WHMIS – GHS Training objectives are to train all employees with a basic understanding of federal WHMIS legislation (administered by Health Canada) to provide those workers who handle hazardous substances in the workplace with more extensive training based on their specific substances. The Occupational Health and Safety Act (OHSA) generally requires employers to ensure hazardous products are identified, to obtain safety data sheets and make them available in the workplace and to provide instruction and training to workers. The WHMIS Regulation (R.R.O. 1990, Regulation 860) sets out in detail the employer’s duties respecting labels and safety data sheets for hazardous products and prescribes the content and delivery of worker education programs. The regulation also sets out the types of confidential business information the employer may withhold from a label or safety data sheet.
WHMIS – GHS Training Theory Outline (2 Hours):
- When the Act came into effect
- Review of background information
- What is included and what is not
- Expectations of WHMIS – GHS
- WHMIS hazard class symbols
- Labeling requirements
- Preventative measures
- Risk phrases and common hazards
- Protective measures and equipment
- First aid and emergency procedures
- Material safety data sheets
- Routes of entry and what is toxicity
Who Requires WHMIS – GHS Training?
Ontario’s WHMIS legislation applies to all workplaces covered by the Occupational Health and Safety Act, with the exception of farms. In Ontario, the Ministry of Labour is responsible for the enforcement of both the federal and provincial WHMIS legislation. The OHSA and WHMIS Regulation do not apply to federally regulated workplaces such as banks, post offices and airports in Ontario. Instead, certain sections of the Canada Labour Code and the Canada Occupational Health and Safety Regulations implement WHMIS in federal workplaces and are enforced by inspectors of the federal government’s labour program.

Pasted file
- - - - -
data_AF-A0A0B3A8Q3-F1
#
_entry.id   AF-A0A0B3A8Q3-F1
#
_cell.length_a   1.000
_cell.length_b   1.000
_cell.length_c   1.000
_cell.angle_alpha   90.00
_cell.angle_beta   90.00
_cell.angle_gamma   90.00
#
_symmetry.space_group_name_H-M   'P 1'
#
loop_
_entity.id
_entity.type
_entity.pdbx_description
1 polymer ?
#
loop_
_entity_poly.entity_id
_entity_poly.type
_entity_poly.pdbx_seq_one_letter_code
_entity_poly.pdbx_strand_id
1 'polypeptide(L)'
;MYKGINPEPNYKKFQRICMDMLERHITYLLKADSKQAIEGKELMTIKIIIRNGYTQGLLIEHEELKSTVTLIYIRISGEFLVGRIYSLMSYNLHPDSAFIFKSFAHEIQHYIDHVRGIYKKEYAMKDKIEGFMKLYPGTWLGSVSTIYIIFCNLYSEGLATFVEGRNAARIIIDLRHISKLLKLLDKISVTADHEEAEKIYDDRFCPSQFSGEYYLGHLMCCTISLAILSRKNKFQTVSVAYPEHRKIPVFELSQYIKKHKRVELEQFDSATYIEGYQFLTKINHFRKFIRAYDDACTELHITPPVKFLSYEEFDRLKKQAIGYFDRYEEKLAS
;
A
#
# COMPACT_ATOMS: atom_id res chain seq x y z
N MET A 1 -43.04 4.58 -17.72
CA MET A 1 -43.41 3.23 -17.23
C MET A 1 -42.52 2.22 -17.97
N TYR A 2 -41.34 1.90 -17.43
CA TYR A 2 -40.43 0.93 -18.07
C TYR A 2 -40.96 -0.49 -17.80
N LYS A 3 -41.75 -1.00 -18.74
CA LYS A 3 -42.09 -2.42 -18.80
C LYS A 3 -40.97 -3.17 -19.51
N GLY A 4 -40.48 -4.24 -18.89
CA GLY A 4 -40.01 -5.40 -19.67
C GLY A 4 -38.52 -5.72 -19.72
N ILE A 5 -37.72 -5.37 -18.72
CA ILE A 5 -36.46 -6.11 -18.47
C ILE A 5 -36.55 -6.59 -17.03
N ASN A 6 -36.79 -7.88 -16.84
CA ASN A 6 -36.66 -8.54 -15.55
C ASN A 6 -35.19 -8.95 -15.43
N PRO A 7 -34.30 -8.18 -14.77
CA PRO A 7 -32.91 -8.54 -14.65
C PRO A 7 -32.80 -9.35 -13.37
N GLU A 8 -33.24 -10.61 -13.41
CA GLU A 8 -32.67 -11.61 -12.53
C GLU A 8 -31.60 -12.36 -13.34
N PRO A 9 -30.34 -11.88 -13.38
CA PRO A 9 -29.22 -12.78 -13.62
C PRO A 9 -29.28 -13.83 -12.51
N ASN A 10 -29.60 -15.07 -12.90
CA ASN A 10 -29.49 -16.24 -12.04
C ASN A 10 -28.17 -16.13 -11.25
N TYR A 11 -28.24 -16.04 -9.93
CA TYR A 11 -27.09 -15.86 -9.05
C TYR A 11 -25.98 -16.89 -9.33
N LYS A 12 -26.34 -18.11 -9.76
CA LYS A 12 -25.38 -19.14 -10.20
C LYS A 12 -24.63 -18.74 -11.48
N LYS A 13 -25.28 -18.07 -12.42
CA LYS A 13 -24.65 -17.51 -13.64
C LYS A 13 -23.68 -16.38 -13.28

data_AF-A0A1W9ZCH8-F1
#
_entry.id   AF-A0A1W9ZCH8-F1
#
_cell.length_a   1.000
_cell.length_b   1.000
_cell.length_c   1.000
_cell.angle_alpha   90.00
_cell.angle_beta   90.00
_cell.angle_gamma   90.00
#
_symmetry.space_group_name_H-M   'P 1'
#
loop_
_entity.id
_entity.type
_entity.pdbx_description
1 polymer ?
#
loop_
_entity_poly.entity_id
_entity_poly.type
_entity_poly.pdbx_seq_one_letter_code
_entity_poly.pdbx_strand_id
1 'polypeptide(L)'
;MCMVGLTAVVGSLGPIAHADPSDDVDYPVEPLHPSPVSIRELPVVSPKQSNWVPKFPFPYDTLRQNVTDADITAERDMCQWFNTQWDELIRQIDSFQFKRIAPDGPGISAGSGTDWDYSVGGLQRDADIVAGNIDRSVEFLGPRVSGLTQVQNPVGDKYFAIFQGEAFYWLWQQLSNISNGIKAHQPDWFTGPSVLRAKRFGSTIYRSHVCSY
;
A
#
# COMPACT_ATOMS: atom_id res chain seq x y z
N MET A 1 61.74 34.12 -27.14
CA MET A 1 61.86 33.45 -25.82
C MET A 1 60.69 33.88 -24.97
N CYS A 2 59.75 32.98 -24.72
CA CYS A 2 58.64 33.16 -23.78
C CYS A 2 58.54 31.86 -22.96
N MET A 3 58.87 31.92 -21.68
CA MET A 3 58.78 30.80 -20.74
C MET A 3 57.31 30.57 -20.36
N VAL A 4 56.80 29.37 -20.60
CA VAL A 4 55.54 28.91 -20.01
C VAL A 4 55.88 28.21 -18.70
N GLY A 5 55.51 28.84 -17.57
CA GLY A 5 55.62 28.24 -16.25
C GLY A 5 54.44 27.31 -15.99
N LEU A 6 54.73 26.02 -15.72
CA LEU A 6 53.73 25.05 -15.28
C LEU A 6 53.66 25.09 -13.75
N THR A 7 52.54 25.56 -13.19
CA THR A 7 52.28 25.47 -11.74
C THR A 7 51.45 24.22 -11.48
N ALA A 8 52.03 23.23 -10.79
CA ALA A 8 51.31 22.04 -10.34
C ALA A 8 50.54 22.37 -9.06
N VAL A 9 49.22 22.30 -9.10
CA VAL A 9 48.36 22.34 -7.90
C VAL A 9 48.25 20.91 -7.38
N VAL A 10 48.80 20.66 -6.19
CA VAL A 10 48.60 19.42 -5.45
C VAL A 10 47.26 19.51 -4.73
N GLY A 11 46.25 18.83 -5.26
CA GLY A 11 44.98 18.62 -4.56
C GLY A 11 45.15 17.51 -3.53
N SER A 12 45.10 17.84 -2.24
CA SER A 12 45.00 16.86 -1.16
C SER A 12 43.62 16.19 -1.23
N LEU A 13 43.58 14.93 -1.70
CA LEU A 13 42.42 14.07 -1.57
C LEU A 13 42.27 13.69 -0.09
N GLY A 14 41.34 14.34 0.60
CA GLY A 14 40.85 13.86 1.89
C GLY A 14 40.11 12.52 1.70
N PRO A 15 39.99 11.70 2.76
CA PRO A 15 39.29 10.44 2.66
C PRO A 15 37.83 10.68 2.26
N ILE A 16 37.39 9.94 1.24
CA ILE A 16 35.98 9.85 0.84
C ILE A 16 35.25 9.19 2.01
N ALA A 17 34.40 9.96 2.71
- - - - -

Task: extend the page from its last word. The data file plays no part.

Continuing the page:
What Does “GHS” Stands For?
GHS stands for the “Globally Harmonized System” of classification and labelling of chemicals. GHS defines and classifies the hazards of chemical products and communicates health and safety information on labels and safety data sheets. The goal is that the same set of rules for classifying hazards, and the same format and content for labels and safety data sheets (SDS) will be adopted and used around the world. (CCOHS, 2018)
What are Designated Substances?
A designated substance is defined by the Ministry of Labour under the Occupational Health and Safety Act as “a biological, chemical or physical agent or combination thereof prescribed as a designated substance to which the exposure of a worker is prohibited, regulated, restricted, limited or controlled.” An exposure means exposure by inhalation, ingestion, skin absorption or skin contact. Designated substances include the following hazardous materials:
- Coke Oven Emissions
- Ethylene Oxide
- Vinyl Chloride
(Carleton University, 2019)